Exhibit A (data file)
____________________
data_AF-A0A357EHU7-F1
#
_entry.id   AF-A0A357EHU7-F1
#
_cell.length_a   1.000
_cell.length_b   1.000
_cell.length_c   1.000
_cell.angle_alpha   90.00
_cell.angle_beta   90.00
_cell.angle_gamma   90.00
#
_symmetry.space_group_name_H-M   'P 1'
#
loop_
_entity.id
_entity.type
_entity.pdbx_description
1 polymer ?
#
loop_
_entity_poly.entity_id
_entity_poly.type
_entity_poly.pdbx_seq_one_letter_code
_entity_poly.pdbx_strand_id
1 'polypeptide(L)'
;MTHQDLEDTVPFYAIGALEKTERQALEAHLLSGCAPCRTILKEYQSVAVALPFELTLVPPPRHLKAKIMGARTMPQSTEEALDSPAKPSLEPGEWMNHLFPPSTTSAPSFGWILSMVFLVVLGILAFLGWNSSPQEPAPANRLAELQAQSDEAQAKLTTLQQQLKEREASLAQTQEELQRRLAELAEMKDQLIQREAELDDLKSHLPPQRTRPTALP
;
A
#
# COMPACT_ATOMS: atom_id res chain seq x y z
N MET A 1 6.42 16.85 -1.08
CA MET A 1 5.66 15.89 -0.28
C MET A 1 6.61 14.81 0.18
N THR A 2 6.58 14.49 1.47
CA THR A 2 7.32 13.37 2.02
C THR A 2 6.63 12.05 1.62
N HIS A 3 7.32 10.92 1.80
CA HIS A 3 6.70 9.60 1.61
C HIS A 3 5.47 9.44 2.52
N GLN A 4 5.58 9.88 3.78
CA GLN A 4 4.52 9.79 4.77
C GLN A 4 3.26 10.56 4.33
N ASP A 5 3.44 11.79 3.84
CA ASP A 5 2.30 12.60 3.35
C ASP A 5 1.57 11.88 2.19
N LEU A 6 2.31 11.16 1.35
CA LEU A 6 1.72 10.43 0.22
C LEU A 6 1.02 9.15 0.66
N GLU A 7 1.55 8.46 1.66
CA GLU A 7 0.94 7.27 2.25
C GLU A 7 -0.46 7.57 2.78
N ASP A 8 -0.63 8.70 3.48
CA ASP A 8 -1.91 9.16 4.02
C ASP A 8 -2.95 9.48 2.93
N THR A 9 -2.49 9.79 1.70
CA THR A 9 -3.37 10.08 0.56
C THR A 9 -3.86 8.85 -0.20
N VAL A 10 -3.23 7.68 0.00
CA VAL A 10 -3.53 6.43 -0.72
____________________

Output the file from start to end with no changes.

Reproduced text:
data_AF-A0A357EHU7-F1
#
_entry.id   AF-A0A357EHU7-F1
#
_cell.length_a   1.000
_cell.length_b   1.000
_cell.length_c   1.000
_cell.angle_alpha   90.00
_cell.angle_beta   90.00
_cell.angle_gamma   90.00
#
_symmetry.space_group_name_H-M   'P 1'
#
loop_
_entity.id
_entity.type
_entity.pdbx_description
1 polymer ?
#
loop_
_entity_poly.entity_id
_entity_poly.type
_entity_poly.pdbx_seq_one_letter_code
_entity_poly.pdbx_strand_id
1 'polypeptide(L)'
;MTHQDLEDTVPFYAIGALEKTERQALEAHLLSGCAPCRTILKEYQSVAVALPFELTLVPPPRHLKAKIMGARTMPQSTEEALDSPAKPSLEPGEWMNHLFPPSTTSAPSFGWILSMVFLVVLGILAFLGWNSSPQEPAPANRLAELQAQSDEAQAKLTTLQQQLKEREASLAQTQEELQRRLAELAEMKDQLIQREAELDDLKSHLPPQRTRPTALP
;
A
#
# COMPACT_ATOMS: atom_id res chain seq x y z
N MET A 1 6.42 16.85 -1.08
CA MET A 1 5.66 15.89 -0.28
C MET A 1 6.61 14.81 0.18
N THR A 2 6.58 14.49 1.47
CA THR A 2 7.32 13.37 2.02
C THR A 2 6.63 12.05 1.62
N HIS A 3 7.32 10.92 1.80
CA HIS A 3 6.70 9.60 1.61
C HIS A 3 5.47 9.44 2.52
N GLN A 4 5.58 9.88 3.78
CA GLN A 4 4.52 9.79 4.77
C GLN A 4 3.26 10.56 4.33
N ASP A 5 3.44 11.79 3.84
CA ASP A 5 2.30 12.60 3.35
C ASP A 5 1.57 11.88 2.19
N LEU A 6 2.31 11.16 1.35
CA LEU A 6 1.72 10.43 0.22
C LEU A 6 1.02 9.15 0.66
N GLU A 7 1.55 8.46 1.66
CA GLU A 7 0.94 7.27 2.25
C GLU A 7 -0.46 7.57 2.78
N ASP A 8 -0.63 8.70 3.48
CA ASP A 8 -1.91 9.16 4.02
C ASP A 8 -2.95 9.48 2.93
N THR A 9 -2.49 9.79 1.70
CA THR A 9 -3.37 10.08 0.56
C THR A 9 -3.86 8.85 -0.20
N VAL A 10 -3.23 7.68 0.00
CA VAL A 10 -3.53 6.43 -0.72